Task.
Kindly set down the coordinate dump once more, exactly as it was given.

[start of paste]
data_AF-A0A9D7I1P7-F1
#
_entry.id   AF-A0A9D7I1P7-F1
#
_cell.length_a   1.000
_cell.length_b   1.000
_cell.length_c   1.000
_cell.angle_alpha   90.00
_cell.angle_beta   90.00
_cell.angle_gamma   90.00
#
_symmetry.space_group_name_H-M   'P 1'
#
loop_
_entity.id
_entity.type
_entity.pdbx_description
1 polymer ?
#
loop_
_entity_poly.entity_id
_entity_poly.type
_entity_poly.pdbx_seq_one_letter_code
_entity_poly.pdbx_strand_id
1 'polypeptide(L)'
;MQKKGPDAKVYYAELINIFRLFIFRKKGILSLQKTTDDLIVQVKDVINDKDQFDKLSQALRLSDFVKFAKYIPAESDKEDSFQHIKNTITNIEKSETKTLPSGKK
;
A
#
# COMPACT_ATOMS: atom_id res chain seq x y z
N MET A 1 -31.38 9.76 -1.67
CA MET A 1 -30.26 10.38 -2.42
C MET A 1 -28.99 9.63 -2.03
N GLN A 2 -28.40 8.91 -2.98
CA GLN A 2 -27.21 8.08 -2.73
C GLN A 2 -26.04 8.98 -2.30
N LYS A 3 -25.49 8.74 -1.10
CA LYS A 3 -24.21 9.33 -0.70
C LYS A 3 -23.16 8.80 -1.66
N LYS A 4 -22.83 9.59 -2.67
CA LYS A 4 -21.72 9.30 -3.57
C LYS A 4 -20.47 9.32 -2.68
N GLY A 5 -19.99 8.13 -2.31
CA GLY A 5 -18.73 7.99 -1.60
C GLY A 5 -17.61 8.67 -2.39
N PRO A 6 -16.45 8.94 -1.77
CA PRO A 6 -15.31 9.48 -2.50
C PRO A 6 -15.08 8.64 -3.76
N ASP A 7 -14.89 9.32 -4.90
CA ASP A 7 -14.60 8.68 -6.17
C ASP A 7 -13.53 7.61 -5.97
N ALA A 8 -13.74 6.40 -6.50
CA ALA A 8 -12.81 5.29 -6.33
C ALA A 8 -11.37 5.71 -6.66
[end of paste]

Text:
data_AF-A0A9D7I1P7-F1
#
_entry.id   AF-A0A9D7I1P7-F1
#
_cell.length_a   1.000
_cell.length_b   1.000
_cell.length_c   1.000
_cell.angle_alpha   90.00
_cell.angle_beta   90.00
_cell.angle_gamma   90.00
#
_symmetry.space_group_name_H-M   'P 1'
#
loop_
_entity.id
_entity.type
_entity.pdbx_description
1 polymer ?
#
loop_
_entity_poly.entity_id
_entity_poly.type
_entity_poly.pdbx_seq_one_letter_code
_entity_poly.pdbx_strand_id
1 'polypeptide(L)'
;MQKKGPDAKVYYAELINIFRLFIFRKKGILSLQKTTDDLIVQVKDVINDKDQFDKLSQALRLSDFVKFAKYIPAESDKEDSFQHIKNTITNIEKSETKTLPSGKK
;
A
#
# COMPACT_ATOMS: atom_id res chain seq x y z
N MET A 1 -31.38 9.76 -1.67
CA MET A 1 -30.26 10.38 -2.42
C MET A 1 -28.99 9.63 -2.03
N GLN A 2 -28.40 8.91 -2.98
CA GLN A 2 -27.21 8.08 -2.73
C GLN A 2 -26.04 8.98 -2.30
N LYS A 3 -25.49 8.74 -1.10
CA LYS A 3 -24.21 9.33 -0.70
C LYS A 3 -23.16 8.80 -1.66
N LYS A 4 -22.83 9.59 -2.67
CA LYS A 4 -21.72 9.30 -3.57
C LYS A 4 -20.47 9.32 -2.68
N GLY A 5 -19.99 8.13 -2.31
CA GLY A 5 -18.73 7.99 -1.60
C GLY A 5 -17.61 8.67 -2.39
N PRO A 6 -16.45 8.94 -1.77
CA PRO A 6 -15.31 9.48 -2.50
C PRO A 6 -15.08 8.64 -3.76
N ASP A 7 -14.89 9.32 -4.90
CA ASP A 7 -14.60 8.68 -6.17
C ASP A 7 -13.53 7.61 -5.97
N ALA A 8 -13.74 6.40 -6.50
CA ALA A 8 -12.81 5.29 -6.33
C ALA A 8 -11.37 5.71 -6.66